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Per Capita Caps in Medicaid Would Result in Devastating Funding Cuts

By Eliot Fishman,


Republican plans to repeal the Affordable Care Act—including the American Health Care Act passed by the House—go well beyond repealing the health care law to a wholesale gutting of Medicaid funding, using what is called a “per capita cap” model.  All indications are that the Senate Republicans are seriously considering this model, which will lead to enormous cuts to the Medicaid program.

A Medicaid per capita cap is just that—a fixed amount the federal government pays each state for each person in the state’s Medicaid program.  While on its face that may sound like an adequate funding structure, a per capita cap amounts to a giant funding cut to Medicaid in all states.

Per Capita Caps End the Federal Government’s 50-Year Guarantee of Matching State Medicaid Spending

Per capita caps would end the federal government’s 50-year-plus guarantee to match each state’s actual Medicaid spending. In its place, Republicans want to give states funding that is capped at a pre-set amount and a pre-set growth rate.

We oppose per capita caps because the federal cap will not keep up with actual spending on health care in the states. In the House bill (the AHCA), the drop in Medicaid funding as a result of per capita caps was hundreds of billions of dollars. Read more about what this drop in Medicaid funding will mean for states in our fact sheet: Per Capita Caps: Shifting Costs to the States.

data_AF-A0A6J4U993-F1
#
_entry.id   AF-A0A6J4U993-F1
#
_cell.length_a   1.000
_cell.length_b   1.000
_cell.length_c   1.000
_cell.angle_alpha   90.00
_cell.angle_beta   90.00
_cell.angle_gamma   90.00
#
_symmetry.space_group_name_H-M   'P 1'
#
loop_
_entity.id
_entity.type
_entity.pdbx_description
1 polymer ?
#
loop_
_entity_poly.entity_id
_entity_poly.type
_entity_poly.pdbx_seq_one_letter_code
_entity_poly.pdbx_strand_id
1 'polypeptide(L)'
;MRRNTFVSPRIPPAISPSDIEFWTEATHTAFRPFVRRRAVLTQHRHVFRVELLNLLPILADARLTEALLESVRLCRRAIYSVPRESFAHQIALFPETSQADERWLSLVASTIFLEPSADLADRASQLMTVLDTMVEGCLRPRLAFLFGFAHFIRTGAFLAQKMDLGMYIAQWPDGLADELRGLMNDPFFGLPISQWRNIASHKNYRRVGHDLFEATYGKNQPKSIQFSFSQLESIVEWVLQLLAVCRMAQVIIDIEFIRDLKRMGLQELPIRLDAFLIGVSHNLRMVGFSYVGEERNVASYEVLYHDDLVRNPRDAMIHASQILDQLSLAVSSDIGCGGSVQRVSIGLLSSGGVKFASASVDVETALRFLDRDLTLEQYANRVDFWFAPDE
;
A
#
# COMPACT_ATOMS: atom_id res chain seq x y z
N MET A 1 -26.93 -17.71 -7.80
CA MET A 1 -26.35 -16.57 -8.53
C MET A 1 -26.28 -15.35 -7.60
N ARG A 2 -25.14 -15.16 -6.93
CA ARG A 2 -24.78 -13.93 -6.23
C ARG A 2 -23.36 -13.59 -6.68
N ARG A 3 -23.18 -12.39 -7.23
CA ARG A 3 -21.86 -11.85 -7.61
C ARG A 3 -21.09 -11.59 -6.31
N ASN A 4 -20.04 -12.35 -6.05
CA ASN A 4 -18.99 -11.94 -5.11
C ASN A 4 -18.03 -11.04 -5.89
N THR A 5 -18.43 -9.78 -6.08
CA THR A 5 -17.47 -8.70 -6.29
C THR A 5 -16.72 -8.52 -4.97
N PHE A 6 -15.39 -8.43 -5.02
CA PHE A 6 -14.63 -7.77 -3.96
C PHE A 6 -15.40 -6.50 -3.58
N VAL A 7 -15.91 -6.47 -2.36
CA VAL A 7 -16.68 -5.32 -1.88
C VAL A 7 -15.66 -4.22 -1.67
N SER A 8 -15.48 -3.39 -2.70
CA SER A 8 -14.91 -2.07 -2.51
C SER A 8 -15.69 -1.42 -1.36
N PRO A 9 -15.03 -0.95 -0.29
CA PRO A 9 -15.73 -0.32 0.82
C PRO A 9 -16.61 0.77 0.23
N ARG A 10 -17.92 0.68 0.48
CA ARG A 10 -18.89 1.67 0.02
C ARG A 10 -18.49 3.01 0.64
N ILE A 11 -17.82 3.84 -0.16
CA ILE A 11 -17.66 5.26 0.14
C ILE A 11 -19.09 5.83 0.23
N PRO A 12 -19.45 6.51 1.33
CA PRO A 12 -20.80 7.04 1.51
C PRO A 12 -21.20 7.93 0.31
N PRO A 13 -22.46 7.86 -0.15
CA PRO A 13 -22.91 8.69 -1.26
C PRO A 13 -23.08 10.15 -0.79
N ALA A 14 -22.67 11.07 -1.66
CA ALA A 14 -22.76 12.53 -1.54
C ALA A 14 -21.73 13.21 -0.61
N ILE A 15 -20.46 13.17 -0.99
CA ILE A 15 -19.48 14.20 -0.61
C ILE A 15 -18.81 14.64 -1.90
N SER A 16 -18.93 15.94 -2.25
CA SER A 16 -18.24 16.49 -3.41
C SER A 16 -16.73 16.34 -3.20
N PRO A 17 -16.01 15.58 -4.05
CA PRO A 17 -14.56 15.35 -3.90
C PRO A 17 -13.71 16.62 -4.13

Here are four reasons why per capita caps translate to such a massive cut in funding.

Reason 1: Per Capita Caps Are Measured By a Flawed Growth Rate

One of the biggest problems with per capita cap proposals is that funding does not grow to match actual changes in spending on health care needed by people in the Medicaid program (enrollees).

Currently, the federal government adjusts Medicaid spending in response to the rise in the actual cost of providing care to enrollees, with no limit on total federal contributions. Current Republican repeal proposals, in contrast, would tie the rate of spending to a wholly unrealistic growth formula.

Republicans want to tie the basis for growth in per capita cap to something called the medical Consumer Price Index, or “CPI-M.” But CPI-M is an inaccurate measurement because it does not measure actual growth in per capita costs in Medicaid or any other part of the American health system.

CPI-M measures the average change over time in prices paid by urban consumers for medical care commodities and services. CPI-M only accounts for what households spend out-of-pocket on medical care commodities and services, not the full cost of these items. It is an inaccurate and arbitrary basis to limit Medicaid growth.

For example, the CBO recently projected a growth rate in Medicaid per capita spending of 5% from 2016-2025. This is well above the CPI-M projection of 3.7% per year. With discrepancies like these, year after year, Medicaid caps will fall further and further behind overall health care costs.